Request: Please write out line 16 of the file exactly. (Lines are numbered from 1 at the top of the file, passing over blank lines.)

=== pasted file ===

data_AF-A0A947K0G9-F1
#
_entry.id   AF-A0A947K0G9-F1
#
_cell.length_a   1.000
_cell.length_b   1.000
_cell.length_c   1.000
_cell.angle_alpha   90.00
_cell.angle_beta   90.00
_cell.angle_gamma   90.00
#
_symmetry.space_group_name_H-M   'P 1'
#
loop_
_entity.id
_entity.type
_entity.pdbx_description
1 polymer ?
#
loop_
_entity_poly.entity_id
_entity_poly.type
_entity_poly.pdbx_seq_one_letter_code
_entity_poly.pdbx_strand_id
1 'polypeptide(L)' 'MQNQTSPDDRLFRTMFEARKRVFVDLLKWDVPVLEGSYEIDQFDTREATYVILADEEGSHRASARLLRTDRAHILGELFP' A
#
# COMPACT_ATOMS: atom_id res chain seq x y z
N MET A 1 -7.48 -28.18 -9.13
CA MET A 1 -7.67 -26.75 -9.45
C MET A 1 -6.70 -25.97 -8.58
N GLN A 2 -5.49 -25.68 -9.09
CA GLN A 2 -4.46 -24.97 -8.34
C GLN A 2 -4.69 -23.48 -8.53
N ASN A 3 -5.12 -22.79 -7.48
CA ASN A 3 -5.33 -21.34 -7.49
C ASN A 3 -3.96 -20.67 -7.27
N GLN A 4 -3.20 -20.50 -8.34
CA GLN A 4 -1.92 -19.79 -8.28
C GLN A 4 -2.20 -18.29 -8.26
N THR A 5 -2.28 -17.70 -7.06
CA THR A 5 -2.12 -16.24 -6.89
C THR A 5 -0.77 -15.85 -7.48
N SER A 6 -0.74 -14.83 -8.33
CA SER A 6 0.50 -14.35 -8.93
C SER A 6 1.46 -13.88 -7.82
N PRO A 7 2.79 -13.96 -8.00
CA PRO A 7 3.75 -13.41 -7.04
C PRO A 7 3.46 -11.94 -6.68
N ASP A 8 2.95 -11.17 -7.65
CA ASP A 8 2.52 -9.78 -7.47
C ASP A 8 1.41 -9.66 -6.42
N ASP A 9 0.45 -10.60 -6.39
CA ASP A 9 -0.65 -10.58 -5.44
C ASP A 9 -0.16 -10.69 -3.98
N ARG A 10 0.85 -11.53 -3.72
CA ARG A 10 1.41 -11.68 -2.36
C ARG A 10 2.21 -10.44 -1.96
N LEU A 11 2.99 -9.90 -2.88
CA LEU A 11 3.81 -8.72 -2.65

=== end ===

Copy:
_entity.type